Transition to School Policy 2021


The safety and supervision of children in and around water is of the highest priority. Whilst water hazards at our service are kept to a minimum, we acknowledge that nappy buckets, water troughs, sinks and toilets can all be hazardous for children and diligent supervision is required.

Water Safety Policy4 june 2019


As a professional provider of quality early childhood education, Styles Street Children’s Community Long Day Care supports the rights of children and is committed to providing a standard of service which ensures their safety and wellbeing.
This document sets out the code of conduct to support parents/caregivers and visitors to respond in a way that supports the safety, welfare and wellbeing of staff, children, and families at all times. As a parent/caregiver of a child attending this service, you must agree to the following code of conduct.

Parent Code of Conduct 11 May 2023


This policy has been developed to ensure fair and equitable access to education and care. The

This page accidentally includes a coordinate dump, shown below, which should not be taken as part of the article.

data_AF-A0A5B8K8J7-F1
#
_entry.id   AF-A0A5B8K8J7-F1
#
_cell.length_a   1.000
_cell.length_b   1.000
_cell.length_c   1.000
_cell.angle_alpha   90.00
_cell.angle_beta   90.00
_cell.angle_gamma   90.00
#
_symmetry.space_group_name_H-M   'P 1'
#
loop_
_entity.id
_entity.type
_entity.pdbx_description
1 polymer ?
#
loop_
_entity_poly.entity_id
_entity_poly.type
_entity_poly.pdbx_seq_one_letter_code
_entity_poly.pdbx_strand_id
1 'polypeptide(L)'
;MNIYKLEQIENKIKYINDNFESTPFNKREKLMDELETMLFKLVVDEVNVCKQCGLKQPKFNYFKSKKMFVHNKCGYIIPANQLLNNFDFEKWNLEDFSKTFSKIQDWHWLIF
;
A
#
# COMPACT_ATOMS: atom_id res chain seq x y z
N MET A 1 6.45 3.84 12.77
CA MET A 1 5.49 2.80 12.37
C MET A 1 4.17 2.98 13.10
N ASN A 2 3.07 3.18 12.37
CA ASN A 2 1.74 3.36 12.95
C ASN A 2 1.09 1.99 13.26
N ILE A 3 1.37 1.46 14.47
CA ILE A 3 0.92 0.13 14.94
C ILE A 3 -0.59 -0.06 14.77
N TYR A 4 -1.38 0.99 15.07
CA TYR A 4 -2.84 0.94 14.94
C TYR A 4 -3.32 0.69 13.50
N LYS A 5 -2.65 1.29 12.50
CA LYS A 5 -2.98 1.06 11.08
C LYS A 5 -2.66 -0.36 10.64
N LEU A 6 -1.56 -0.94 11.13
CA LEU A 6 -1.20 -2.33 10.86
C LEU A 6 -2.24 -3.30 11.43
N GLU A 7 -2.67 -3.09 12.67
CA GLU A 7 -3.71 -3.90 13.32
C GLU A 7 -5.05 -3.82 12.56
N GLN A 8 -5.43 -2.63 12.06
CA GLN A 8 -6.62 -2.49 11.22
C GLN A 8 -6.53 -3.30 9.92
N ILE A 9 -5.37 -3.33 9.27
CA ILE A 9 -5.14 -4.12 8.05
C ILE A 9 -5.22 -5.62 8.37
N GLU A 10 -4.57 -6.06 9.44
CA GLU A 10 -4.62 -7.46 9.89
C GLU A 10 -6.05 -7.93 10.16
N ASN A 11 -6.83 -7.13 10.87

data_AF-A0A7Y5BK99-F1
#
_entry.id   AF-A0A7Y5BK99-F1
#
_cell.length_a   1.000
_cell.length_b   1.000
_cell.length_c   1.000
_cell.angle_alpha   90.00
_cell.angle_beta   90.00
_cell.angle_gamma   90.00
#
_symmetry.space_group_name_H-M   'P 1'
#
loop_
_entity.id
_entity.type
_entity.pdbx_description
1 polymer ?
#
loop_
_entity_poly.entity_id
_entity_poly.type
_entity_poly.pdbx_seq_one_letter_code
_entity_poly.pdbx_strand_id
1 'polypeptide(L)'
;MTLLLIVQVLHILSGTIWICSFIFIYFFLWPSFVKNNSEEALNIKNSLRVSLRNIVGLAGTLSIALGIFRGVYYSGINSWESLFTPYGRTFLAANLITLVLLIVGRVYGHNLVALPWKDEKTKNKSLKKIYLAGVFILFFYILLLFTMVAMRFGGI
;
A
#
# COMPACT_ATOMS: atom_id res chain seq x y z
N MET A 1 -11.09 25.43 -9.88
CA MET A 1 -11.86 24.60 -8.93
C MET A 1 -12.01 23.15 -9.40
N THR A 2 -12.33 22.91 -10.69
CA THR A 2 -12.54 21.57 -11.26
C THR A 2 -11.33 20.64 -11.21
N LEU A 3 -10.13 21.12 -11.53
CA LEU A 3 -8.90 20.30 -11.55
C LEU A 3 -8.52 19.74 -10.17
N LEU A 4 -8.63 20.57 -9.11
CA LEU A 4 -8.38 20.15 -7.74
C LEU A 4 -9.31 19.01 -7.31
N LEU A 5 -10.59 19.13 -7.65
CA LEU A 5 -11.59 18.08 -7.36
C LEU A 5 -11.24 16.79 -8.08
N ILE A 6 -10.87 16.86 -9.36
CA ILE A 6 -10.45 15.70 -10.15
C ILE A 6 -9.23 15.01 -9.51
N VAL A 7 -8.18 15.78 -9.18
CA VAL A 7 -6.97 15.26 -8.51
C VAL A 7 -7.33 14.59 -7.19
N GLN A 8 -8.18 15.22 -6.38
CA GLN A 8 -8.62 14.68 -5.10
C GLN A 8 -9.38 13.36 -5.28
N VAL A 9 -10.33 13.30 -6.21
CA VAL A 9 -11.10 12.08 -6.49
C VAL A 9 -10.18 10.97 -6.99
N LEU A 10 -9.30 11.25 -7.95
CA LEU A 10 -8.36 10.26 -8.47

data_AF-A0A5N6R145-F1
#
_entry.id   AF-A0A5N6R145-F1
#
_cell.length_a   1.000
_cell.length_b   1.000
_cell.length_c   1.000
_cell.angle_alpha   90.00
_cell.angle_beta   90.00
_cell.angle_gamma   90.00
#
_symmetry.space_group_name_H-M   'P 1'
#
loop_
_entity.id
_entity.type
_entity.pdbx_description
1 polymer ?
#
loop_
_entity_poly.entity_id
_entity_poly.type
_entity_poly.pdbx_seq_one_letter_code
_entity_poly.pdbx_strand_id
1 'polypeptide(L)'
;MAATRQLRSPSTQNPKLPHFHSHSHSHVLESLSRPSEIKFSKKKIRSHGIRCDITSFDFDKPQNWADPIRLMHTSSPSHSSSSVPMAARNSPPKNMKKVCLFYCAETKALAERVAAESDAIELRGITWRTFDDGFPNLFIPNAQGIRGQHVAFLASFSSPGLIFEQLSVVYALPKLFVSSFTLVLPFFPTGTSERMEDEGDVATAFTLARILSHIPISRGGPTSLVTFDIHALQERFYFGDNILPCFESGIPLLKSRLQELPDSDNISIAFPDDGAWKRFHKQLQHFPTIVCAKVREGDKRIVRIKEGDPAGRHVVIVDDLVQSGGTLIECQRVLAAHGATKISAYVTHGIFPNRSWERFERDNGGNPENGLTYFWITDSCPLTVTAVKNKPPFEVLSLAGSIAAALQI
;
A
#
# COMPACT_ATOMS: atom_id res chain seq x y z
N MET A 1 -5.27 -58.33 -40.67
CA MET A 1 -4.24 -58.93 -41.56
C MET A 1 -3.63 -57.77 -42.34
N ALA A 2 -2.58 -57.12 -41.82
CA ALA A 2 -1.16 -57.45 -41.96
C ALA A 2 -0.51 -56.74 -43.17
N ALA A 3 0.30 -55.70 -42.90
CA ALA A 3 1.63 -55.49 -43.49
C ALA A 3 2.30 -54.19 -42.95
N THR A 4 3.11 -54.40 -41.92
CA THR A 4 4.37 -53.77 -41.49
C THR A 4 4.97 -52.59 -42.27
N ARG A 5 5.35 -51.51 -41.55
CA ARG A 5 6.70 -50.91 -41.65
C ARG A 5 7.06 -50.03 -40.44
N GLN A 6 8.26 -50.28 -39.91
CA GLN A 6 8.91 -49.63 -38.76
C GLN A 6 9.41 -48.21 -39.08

Centre aims to respond to the needs of the local community and to be inclusive of all children and
families. As there will usually be more families requesting access than there are places available,
there will be clear guidelines for the management of the waiting list and for the allocation of places.
Our Centre will:
• Develop transparent guidelines to manage the waiting list;
• Comply with the Priority of Access Guidelines set by Family Assistance Law and defined by
NSW State Government Funding Agreements; and
• Ensure care is provided to families using these priorities.


Waitlist Policy July 2023


This policy reflects our collective commitment to eliminate all forms of racial discrimination in our Centre. It applies to all employees, families, children and volunteers and has implications for our early learning community.